Naming Names, Part II

Striving for historical accuracy, I am super keen on the SCA webpages devoted to the history of names. I just love it. I want to write the Moorish Spain sequel to RWS just for the names of my leads: Siraj al-Rahib al-Garnati and Ada al-Zarqa' bint Yusuf al-Anklatari. (Bonus points for whoever provides a translation.) Yeah...I'll get there later this year.

Names are indicative of culture, trends, and family, and yet they come to carry the most meaning on an individual basis. You probably have a mental picture of "Mike" because of Mikes you have known, not because of the name itself. One regular visitor to this site prefers that I use my moniker, Salome, in our correspondences because "Carrie" holds negative connotations for him. I resent the bitch from his past who sullied my fair name. And yet Salome comes with historic baggage of its own.

Names also come and go based on changes to language. When was the last time you met a woman named Gay? (I waited tables with one about 12 years ago.) Others change beacuse of celebrity, like Michael Bolton in Office Space.

I digress. My heroines in RWA are named Meg and Ada. Research indicates that neither of these would have been given names. Margaret and Megisend, yes. Adeleide and Adalina, yes. I need to make mention of Meg and Ada as nicknames, but more likely, the pet names associated with these would have been Latin in nature. Ah well. I make compromises as I see fit (sticks tongue out). After all, I'm not writing the dialogue in Old English either.

And since I did this for the men a couple of weeks ago, here are the top ten most popular 13th century English names for women: Mathilda, Alice, Agnes, Edith, Emma, Isabella, Mabel, Margaret, Alviva, and Christiana. "Alviva" is quite cool, but no one would believe it was period -- sounds like a shampoo brand.

Too bad I already put Mathilda in Serenade. Its popularity as a name was probably enhanced by the ascension of Queen Matilda. I so need to write a book about her -- maybe become the next Philippa Gregory. Literary historicals are made into proper films starring Colin Firth. The best we romance writers can hope for is a Lifetime TV movie starring Heather Locklear. Sigh...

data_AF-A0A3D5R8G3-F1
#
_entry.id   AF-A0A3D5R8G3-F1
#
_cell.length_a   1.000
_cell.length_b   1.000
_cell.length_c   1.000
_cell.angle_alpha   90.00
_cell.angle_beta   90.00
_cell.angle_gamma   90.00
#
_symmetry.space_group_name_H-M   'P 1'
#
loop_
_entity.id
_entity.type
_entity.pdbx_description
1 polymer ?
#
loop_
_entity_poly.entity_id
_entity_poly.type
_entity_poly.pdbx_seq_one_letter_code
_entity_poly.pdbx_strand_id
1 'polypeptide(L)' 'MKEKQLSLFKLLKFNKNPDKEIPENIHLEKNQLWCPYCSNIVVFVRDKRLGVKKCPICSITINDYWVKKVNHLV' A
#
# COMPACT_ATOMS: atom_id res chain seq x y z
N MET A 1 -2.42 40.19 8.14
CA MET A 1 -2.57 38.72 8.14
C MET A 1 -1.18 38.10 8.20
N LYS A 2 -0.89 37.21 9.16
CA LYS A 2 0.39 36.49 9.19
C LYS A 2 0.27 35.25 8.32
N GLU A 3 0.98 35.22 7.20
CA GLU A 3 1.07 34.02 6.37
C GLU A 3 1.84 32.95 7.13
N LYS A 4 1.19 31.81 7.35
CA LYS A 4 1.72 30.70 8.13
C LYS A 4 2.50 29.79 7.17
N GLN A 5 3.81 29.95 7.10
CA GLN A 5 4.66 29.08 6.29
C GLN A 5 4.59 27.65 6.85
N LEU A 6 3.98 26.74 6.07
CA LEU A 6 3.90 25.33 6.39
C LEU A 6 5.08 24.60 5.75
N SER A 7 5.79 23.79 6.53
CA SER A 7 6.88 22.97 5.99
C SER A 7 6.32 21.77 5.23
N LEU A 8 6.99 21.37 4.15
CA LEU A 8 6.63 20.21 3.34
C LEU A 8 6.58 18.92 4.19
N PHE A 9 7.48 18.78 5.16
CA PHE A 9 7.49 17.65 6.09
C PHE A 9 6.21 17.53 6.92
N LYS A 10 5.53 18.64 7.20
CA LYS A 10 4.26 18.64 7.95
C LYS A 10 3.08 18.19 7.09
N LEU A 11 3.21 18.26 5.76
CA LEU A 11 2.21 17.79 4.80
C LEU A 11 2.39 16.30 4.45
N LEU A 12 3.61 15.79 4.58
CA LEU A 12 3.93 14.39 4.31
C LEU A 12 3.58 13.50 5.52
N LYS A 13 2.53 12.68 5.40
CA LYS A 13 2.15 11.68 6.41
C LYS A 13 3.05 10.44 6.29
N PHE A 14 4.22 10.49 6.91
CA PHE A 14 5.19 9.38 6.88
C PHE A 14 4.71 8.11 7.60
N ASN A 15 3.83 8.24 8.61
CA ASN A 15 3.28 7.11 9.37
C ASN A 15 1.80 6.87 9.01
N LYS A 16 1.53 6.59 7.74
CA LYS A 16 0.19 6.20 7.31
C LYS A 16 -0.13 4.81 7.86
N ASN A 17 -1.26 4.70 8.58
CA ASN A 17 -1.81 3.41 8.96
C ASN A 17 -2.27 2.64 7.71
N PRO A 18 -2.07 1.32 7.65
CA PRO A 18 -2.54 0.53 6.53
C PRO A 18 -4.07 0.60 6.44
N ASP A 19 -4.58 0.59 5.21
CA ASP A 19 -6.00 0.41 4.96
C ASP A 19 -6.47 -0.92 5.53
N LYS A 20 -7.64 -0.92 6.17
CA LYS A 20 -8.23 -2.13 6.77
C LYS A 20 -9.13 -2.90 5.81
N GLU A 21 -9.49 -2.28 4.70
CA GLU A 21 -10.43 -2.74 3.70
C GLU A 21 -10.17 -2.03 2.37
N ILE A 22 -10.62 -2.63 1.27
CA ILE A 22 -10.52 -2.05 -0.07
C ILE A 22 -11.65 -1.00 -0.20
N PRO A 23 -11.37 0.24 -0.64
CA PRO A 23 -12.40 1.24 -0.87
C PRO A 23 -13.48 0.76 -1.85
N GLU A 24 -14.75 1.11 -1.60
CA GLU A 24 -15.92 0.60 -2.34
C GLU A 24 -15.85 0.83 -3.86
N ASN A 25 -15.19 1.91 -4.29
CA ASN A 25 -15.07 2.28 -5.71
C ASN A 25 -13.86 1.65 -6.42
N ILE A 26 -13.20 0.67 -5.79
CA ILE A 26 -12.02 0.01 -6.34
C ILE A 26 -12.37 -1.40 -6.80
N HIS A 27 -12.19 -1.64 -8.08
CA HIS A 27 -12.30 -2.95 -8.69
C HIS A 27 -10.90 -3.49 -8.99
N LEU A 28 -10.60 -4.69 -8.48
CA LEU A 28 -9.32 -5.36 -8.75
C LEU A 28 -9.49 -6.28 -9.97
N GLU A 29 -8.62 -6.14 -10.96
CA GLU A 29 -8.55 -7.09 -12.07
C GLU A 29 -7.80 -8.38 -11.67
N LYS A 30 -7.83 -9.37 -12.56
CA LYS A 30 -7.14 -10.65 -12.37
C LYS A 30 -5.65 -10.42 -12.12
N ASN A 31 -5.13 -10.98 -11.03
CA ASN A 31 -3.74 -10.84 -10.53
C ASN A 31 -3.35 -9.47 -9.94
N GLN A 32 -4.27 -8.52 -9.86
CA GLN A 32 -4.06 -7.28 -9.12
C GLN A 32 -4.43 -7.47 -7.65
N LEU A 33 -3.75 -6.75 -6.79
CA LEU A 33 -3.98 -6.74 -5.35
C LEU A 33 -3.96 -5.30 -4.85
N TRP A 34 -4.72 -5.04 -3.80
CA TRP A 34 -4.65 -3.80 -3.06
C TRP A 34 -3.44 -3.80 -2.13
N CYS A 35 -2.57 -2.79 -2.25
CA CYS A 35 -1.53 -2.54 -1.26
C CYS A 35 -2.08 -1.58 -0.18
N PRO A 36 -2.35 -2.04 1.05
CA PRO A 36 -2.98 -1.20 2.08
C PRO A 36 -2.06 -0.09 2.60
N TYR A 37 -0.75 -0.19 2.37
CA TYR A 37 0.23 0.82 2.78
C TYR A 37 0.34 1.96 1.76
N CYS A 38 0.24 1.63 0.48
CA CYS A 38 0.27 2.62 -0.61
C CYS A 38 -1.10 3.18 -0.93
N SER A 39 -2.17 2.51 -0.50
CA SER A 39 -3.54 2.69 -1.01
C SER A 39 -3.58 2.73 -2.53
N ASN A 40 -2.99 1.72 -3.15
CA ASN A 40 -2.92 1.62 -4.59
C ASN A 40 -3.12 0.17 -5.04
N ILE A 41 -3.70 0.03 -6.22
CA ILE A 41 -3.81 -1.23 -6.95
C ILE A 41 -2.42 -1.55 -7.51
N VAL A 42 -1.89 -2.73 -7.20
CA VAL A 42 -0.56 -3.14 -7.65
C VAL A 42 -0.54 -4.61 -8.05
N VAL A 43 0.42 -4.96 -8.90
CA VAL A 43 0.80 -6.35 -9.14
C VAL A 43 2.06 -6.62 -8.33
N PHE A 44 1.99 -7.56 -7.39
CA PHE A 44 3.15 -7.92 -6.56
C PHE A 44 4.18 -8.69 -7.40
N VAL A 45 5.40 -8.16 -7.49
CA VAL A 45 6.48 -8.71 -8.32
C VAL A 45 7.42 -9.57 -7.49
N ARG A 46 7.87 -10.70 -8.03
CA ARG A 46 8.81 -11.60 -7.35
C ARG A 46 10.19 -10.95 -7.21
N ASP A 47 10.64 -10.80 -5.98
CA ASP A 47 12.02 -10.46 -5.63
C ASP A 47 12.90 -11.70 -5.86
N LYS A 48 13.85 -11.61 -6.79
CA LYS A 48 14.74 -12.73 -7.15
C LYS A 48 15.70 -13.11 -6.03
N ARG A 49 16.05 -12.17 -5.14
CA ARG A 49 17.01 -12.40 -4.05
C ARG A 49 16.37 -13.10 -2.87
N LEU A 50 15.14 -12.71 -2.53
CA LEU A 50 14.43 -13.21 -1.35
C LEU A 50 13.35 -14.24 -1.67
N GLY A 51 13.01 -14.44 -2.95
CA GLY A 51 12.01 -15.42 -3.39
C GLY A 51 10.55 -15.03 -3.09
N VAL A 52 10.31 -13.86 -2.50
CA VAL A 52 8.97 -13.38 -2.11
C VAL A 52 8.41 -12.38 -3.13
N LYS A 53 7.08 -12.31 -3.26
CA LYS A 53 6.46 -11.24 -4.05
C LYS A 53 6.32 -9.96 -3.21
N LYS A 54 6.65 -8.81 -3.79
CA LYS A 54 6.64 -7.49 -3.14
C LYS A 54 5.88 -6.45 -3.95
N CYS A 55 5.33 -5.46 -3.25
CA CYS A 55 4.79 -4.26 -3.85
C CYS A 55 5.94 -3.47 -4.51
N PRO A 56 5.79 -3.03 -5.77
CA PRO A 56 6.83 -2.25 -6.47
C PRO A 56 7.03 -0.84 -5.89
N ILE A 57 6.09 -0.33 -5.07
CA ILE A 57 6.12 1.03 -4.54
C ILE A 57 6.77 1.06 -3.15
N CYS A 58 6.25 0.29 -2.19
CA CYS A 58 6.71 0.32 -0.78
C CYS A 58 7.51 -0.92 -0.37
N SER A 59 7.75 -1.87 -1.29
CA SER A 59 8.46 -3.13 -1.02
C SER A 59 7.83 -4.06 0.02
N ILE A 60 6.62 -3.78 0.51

I finish up with a few bizarre-o entries: Ragenild, Godeleva, Gunnora, Hawis, Rochilda, and Scholastica. Rock on, heroine named Scholastica!


Mircalla said...

Adalina is a great name! My great grandmama name was Adelina.

Funnily enough the names you mention are the most pop names in Italy at the moment. All the little girls are called either: Matilde/a, Alice, Agnese, Emma, Margherita ... or Sofia.


Mircalla said...

how are the kids now?

Ann(ie) said...

Gunnora would kick ass in a Norse medieval thingie.

jmc said...

We talked very briefly about names in my Arabic class today. [Did you know that Arabic women have always kept their own names when they marry?] Generally: given name, father's name, last name. Last names derived from historical profession of family (a la smith, baker, etc.) or origin, as usual.

Checking my not-so-handy Hans Wehr dictionary, I didn't find any definitions for Siraj, Rahib, or Ada. Rahib is a name that has appeared in dialogues in the textbook, though. Al-Garnati seems to be fairly common last name, haven't been able to find a meaning yet. A'zarq means blue, bint means girl. Ada the blue girl/daughter of Yusuf. Haven't found anything on Al-Anklatari, other than to say it sounds similar to the words for English language.

Yeah, no, not a helpful semi-translation there. Part of the problem is that I'm bad at transliterating. Sorry 'bout that. A fluent Arabic speaker would look at that and wonder, what was that JMC chick thinking? That's not what that means!

Mircalla said...

"[Did you know that Arabic women have always kept their own names when they marry?]"

also italian women...

and now a new (italian) law has passed allowing parents to give their kids either the paternal, maternal surname or both. how cool is that?

Tess said...

Margaret was our #1 girl's name, but I'm seriously thinking about Scholastica! I'd be afraid that with a name like that, though, she'd be bound by irony to drop out of high school.